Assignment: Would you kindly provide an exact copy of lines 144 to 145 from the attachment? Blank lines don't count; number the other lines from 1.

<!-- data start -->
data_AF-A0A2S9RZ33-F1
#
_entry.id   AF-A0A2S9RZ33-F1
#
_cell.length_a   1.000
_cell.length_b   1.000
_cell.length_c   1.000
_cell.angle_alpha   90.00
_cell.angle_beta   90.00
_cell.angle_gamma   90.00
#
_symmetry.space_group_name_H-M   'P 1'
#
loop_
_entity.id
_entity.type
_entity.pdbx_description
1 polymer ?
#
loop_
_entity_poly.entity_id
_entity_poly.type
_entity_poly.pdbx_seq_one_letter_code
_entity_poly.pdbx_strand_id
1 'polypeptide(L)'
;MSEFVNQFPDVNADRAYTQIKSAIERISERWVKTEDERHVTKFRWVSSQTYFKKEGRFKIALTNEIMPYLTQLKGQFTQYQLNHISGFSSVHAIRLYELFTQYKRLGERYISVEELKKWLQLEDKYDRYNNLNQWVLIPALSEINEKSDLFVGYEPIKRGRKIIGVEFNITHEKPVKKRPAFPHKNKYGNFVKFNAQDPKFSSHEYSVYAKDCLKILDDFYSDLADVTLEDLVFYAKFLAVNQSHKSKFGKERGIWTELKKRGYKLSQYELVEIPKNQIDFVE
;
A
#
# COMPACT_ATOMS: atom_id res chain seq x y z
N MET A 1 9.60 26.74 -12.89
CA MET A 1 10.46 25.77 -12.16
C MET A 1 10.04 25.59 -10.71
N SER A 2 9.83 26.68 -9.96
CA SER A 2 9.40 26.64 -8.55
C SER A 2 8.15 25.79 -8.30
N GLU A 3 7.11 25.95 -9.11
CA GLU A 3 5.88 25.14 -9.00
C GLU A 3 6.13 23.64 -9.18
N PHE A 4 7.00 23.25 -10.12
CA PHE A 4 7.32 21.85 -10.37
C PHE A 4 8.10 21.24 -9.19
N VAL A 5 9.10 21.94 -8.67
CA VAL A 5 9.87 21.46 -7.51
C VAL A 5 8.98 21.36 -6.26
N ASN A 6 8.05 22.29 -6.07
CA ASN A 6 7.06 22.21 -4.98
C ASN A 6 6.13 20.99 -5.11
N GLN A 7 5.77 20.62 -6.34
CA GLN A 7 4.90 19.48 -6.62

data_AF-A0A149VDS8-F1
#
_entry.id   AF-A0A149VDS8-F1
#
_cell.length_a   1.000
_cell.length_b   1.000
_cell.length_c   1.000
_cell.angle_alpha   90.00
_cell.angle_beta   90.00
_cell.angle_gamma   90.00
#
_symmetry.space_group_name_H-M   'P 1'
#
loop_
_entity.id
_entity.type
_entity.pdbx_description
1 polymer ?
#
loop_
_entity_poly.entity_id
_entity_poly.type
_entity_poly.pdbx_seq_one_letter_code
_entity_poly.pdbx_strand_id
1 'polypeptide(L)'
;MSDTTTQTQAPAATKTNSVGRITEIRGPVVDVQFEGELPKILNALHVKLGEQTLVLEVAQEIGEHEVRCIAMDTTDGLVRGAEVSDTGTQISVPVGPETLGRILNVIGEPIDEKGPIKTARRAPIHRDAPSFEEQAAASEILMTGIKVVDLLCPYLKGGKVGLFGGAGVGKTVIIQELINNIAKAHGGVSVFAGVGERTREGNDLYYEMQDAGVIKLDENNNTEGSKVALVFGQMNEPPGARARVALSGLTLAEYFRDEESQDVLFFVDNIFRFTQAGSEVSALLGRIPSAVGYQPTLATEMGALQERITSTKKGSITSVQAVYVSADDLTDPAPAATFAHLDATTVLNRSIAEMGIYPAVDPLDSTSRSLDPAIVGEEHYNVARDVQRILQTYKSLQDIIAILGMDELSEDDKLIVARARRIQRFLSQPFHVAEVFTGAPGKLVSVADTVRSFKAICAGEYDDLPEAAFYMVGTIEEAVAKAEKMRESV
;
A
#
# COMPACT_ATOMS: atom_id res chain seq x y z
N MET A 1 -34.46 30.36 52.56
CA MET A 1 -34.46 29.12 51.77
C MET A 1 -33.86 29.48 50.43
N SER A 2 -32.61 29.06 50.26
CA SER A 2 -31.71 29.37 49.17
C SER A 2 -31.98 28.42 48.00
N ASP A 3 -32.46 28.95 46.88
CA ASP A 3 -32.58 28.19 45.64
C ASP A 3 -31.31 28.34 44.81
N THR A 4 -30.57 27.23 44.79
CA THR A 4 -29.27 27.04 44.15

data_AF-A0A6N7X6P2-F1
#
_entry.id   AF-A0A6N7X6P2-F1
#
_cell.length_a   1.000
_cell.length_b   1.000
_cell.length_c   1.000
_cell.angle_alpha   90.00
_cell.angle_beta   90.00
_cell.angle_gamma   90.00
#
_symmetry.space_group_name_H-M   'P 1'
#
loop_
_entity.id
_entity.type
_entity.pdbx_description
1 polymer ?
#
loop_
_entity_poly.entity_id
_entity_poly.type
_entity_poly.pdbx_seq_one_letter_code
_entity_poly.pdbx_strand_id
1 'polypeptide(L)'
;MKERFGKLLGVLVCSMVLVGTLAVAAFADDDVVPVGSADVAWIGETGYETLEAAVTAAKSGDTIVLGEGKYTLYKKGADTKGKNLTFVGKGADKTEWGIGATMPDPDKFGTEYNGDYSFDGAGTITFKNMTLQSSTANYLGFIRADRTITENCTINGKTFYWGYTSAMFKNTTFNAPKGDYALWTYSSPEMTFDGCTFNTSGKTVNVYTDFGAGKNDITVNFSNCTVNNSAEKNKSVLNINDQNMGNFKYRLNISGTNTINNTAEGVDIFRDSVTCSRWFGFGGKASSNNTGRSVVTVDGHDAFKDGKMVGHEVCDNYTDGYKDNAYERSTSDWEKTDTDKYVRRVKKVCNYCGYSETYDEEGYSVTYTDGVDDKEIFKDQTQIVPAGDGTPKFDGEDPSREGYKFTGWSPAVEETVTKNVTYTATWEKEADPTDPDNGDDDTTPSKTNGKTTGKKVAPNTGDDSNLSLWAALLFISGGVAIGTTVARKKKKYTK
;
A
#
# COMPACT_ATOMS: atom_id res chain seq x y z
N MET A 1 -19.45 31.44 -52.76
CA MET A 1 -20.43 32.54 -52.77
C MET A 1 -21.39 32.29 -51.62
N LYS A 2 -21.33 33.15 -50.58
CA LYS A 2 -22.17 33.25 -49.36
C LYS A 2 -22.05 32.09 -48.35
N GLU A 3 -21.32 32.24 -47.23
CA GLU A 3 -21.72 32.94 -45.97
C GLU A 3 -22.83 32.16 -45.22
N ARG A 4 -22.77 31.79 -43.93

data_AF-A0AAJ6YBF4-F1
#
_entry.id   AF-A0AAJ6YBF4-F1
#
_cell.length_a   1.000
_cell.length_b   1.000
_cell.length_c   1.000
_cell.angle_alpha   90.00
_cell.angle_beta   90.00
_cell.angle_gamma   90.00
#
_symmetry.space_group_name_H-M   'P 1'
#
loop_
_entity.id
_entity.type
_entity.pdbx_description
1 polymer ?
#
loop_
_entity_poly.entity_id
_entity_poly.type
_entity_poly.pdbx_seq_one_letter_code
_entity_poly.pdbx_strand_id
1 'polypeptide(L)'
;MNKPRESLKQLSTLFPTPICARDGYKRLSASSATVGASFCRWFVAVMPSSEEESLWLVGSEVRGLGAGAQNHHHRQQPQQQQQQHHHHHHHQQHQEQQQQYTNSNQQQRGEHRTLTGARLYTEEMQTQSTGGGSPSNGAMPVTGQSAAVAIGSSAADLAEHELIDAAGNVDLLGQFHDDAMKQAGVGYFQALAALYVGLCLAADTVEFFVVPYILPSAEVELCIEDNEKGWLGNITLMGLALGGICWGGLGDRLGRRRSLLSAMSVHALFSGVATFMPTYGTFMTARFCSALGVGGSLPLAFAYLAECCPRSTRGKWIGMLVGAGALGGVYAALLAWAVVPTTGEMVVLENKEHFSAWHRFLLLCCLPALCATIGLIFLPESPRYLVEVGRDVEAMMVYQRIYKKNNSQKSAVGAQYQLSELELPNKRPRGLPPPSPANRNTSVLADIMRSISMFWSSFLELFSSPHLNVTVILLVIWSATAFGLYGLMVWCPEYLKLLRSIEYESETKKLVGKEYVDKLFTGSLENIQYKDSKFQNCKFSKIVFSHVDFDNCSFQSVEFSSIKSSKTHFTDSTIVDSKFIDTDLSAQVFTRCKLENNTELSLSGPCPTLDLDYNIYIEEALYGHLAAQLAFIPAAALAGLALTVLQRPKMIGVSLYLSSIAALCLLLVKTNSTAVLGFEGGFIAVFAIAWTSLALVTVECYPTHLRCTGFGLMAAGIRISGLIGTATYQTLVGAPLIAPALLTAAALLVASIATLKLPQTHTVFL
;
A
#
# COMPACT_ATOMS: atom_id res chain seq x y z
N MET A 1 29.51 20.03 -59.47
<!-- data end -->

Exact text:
#
loop_